Storms

I always like the feeling of Friday.  The kids feel more relaxed because there won’t be homework due the next day, and we might be able to sleep in for a couple of days, depending on the sports/scouts/etc. schedules.  This Friday (today), however, Hanna and Ike are all we can think about.  One of my sisters lives near Baton Rouge that just got smacked by Gustav.  They were without power for a couple of days, and now Louisiana is cleaning up again. An uncle flies for one of the oil companies off the Louisiana coast; he got called back to work yesterday.  And now the Weather Channel is on to the next one.  We are at the upper end of the projected target for Hanna, so we should have a couple of nice rainy, windy days.

Growing up near the beach in Florida, I am used to stormy weather.  I remember the year Hurricane Frederic hit; it was the day before my father’s birthday.  As a kid, you are excited when a big storm comes.  When you lose electricity, you know there probably won’t be school for a few days.  You get to pull out the candles and flashlights.  And all the kids in the neighborhood gradually end up outside playing.  But then you grow up and see the real devastation these storms can leave behind. 

Hurricanes in the Pacific are called typhoons.  We lived in Guam when one of the strongest typhoons hit the island.  Pongsona, pronounced (pong-sahn-wah), struck in early December.  We ended up without power for nearly 2 weeks.  Four of the fuel storage tanks on the island caught on fire just after the typhoon swept through from static electricity, gas vapors in low tanks, and the strong winds.  Gas was being rationed out at the gas stations, and I remember waiting in line for more than 8 hours to fill our gas cans.  When we were able to drive around, the damage was amazing.  Cars were flipped over all around.  Palm trees were pulled out of the ground and leaning.  Homes were badly damaged or totally destroyed.  FEMA tents started popping up all over; they looked like igloos.  And some were still around a year later.  My husband enjoyed bbq-ing outside with the neighbors and having the kids outside playing.  We started worrying if Santa would be able to make it to our house that year.  But the power came back on 5 days before Christmas.  The kids loved it; they ended up having a month-long winter break.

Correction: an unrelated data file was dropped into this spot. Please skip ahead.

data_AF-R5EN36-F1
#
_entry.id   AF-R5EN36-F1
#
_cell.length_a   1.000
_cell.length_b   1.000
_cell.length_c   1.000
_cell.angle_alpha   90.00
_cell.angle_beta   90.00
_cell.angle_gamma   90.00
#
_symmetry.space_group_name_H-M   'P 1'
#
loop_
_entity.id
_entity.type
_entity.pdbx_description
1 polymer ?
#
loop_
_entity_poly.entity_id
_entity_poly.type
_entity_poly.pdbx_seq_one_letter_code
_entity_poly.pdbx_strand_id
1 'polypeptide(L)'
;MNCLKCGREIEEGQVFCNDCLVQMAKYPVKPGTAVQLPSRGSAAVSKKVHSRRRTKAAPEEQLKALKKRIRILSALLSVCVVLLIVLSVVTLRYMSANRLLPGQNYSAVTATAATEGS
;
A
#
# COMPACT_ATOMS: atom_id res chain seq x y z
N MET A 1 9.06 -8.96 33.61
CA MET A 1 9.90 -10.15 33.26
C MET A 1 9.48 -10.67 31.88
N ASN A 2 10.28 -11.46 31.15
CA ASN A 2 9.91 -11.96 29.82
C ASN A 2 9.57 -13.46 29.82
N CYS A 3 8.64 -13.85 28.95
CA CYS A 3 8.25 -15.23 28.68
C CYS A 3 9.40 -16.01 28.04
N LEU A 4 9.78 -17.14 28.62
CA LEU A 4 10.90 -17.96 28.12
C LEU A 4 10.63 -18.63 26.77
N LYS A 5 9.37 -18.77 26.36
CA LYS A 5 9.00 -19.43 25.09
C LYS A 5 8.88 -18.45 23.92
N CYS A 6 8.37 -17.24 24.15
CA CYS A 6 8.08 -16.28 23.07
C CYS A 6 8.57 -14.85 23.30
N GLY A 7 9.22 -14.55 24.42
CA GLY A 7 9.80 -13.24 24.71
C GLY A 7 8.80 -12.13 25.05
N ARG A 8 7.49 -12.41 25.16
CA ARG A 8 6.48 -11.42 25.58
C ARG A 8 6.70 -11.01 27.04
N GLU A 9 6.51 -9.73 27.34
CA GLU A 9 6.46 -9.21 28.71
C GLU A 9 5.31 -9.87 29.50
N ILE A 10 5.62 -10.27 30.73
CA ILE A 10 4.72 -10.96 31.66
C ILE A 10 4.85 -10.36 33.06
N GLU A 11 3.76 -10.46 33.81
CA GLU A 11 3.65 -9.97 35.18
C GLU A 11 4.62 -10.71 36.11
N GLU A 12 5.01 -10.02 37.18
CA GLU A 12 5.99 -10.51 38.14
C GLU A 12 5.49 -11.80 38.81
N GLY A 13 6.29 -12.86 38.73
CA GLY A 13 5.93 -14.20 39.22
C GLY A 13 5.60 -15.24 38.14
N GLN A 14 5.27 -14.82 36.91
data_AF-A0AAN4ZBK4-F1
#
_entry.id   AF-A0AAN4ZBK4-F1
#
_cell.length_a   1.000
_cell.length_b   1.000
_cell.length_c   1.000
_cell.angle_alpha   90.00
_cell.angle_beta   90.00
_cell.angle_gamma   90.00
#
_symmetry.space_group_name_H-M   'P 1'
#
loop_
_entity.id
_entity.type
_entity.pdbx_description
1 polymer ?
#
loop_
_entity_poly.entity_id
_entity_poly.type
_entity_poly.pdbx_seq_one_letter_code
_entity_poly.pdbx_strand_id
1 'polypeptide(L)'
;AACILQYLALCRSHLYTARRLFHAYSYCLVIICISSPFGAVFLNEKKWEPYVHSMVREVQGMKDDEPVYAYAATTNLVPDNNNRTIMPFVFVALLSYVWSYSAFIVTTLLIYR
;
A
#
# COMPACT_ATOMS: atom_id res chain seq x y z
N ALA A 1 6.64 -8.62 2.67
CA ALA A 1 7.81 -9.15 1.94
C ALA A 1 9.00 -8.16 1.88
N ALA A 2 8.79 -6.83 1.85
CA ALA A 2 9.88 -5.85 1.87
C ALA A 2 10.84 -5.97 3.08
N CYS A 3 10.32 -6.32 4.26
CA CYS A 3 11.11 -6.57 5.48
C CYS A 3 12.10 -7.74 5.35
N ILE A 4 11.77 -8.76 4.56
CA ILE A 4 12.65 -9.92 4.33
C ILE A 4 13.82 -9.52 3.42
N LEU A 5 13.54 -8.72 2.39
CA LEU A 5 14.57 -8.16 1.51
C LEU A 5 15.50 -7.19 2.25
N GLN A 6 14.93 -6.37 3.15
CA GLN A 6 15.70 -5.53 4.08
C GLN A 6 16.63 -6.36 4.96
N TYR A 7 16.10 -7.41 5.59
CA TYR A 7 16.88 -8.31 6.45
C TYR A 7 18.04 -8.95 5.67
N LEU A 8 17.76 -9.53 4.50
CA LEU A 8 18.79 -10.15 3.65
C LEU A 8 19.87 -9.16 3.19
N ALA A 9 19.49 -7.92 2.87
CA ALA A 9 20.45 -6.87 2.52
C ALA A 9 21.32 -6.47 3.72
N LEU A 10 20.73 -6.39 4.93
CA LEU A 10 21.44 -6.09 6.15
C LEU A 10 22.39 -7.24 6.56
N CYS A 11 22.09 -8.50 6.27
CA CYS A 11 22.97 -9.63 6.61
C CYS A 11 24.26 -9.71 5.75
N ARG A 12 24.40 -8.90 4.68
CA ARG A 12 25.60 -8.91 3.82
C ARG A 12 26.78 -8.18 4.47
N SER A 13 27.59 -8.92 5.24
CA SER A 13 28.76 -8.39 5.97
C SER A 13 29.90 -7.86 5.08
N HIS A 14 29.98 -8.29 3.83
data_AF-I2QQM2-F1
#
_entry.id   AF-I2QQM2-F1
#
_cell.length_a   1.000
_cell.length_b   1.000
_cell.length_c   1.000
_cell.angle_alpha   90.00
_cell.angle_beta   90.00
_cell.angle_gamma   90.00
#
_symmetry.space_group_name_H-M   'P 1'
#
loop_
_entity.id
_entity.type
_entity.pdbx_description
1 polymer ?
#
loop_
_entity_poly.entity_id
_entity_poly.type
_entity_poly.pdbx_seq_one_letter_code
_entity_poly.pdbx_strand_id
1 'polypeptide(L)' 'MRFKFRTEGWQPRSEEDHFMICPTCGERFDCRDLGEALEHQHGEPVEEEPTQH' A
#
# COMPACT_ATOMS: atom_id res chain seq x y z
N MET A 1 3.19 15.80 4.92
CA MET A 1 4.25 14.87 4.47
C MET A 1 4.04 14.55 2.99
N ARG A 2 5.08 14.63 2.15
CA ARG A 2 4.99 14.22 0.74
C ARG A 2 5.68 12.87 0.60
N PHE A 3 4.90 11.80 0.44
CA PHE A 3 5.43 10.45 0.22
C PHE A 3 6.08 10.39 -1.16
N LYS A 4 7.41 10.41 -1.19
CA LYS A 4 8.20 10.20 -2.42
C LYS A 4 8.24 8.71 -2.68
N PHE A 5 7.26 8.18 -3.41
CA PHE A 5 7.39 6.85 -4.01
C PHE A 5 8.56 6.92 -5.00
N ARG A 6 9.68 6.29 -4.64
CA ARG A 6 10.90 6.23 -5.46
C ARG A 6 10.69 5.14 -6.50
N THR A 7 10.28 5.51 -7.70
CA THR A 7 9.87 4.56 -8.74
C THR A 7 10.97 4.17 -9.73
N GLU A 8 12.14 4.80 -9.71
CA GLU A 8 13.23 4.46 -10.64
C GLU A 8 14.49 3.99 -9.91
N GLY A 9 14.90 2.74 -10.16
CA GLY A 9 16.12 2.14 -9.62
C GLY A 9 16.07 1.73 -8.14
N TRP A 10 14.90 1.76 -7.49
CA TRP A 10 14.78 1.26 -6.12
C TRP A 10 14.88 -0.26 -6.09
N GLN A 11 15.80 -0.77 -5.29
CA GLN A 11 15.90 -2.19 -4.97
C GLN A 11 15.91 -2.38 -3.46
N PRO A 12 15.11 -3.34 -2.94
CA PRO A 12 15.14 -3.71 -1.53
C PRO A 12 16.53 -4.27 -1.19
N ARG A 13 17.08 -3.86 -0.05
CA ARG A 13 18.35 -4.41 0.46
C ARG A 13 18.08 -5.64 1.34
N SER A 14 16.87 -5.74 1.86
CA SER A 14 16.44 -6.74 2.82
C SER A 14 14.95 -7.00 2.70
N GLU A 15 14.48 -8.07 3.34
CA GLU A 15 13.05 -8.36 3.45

From Wikipedia:  Typhoon Pongsona

Typhoon (JMA)
Category 4 super typhoon (SSHS)
Duration December 3December 11
Intensity 165 km/h (105 mph) (10-min), 940 hPa (mbar)

Typhoon Pongsona

Typhoon Pongsona was the last typhoon of the season, and was the costliest disaster in 2002 in the United States.[12]The name “Pongsona” was contributed by North Korea and is the Korean name for the garden balsam. Pongsona developed out of an area of disturbed weather on December 2, and steadily intensified to reach typhoon status on December 5. On December 8 it passed through Guam and the Northern Marianas Islandswhile near its peak 10-min winds of 175 km/h (110 mph). It ultimately turned to the northeast, weakened, and became extratropical on December 11.

Considered by some to be the worst typhoon to have struck Guam, Pongsona produced strong wind gusts peaking at 278 km/h (173 mph), which left the entire island without power and destroyed about 1,300 houses. With strong building standards and experience from repeated typhoon strikes, there were no fatalities directly related to Pongsona, though there was one indirect death from flying glass. Damage on the island totaled over $700 million (2002 USD, $800 million 2007 USD), making Pongsona among the five costliest typhoons on the island. The typhoon also caused heavy damage on Rota and elsewhere in the Northern Marianas Islands, and as a result of its impact, the name was retired.

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